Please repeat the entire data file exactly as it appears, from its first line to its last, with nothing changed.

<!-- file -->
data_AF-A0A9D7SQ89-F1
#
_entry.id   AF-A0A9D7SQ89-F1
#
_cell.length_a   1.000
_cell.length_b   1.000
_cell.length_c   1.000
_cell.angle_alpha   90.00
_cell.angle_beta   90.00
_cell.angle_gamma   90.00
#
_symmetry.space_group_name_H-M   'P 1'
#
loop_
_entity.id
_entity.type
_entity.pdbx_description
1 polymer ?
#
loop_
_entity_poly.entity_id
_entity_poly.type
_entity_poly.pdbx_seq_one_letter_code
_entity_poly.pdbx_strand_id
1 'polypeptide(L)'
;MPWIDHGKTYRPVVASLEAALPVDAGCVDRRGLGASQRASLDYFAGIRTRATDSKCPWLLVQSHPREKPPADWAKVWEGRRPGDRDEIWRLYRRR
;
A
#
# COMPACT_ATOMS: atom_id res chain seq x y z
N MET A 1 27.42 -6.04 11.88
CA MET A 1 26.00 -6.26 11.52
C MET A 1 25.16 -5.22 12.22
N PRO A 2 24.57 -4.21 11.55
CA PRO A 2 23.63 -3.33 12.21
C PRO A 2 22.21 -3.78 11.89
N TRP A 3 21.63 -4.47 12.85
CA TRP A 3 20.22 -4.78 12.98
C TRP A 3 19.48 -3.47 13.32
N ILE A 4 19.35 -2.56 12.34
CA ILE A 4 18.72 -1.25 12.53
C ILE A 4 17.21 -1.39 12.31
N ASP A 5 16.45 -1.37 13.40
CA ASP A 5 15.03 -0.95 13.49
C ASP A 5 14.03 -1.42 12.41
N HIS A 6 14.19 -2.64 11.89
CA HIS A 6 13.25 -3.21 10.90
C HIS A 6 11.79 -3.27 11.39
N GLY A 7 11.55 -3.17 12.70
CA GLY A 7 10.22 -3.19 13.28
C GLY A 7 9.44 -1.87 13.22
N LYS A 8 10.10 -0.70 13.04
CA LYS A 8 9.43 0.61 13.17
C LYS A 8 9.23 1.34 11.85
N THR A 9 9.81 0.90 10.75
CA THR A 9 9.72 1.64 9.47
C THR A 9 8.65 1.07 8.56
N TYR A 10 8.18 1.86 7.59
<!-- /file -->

data_AF-A0A9D7SQ89-F1
#
_entry.id   AF-A0A9D7SQ89-F1
#
_cell.length_a   1.000
_cell.length_b   1.000
_cell.length_c   1.000
_cell.angle_alpha   90.00
_cell.angle_beta   90.00
_cell.angle_gamma   90.00
#
_symmetry.space_group_name_H-M   'P 1'
#
loop_
_entity.id
_entity.type
_entity.pdbx_description
1 polymer ?
#
loop_
_entity_poly.entity_id
_entity_poly.type
_entity_poly.pdbx_seq_one_letter_code
_entity_poly.pdbx_strand_id
1 'polypeptide(L)'
;MPWIDHGKTYRPVVASLEAALPVDAGCVDRRGLGASQRASLDYFAGIRTRATDSKCPWLLVQSHPREKPPADWAKVWEGRRPGDRDEIWRLYRRR
;
A
#
# COMPACT_ATOMS: atom_id res chain seq x y z
N MET A 1 27.42 -6.04 11.88
CA MET A 1 26.00 -6.26 11.52
C MET A 1 25.16 -5.22 12.22
N PRO A 2 24.57 -4.21 11.55
CA PRO A 2 23.63 -3.33 12.21
C PRO A 2 22.21 -3.78 11.89
N TRP A 3 21.63 -4.47 12.85
CA TRP A 3 20.22 -4.78 12.98
C TRP A 3 19.48 -3.47 13.32
N ILE A 4 19.35 -2.56 12.34
CA ILE A 4 18.72 -1.25 12.53
C ILE A 4 17.21 -1.39 12.31
N ASP A 5 16.45 -1.37 13.40
CA ASP A 5 15.03 -0.95 13.49
C ASP A 5 14.03 -1.42 12.41
N HIS A 6 14.19 -2.64 11.89
CA HIS A 6 13.25 -3.21 10.90
C HIS A 6 11.79 -3.27 11.39
N GLY A 7 11.55 -3.17 12.70
CA GLY A 7 10.22 -3.19 13.28
C GLY A 7 9.44 -1.87 13.22
N LYS A 8 10.10 -0.70 13.04
CA LYS A 8 9.43 0.61 13.17
C LYS A 8 9.23 1.34 11.85
N THR A 9 9.81 0.90 10.75
CA THR A 9 9.72 1.64 9.47
C THR A 9 8.65 1.07 8.56
N TYR A 10 8.18 1.86 7.59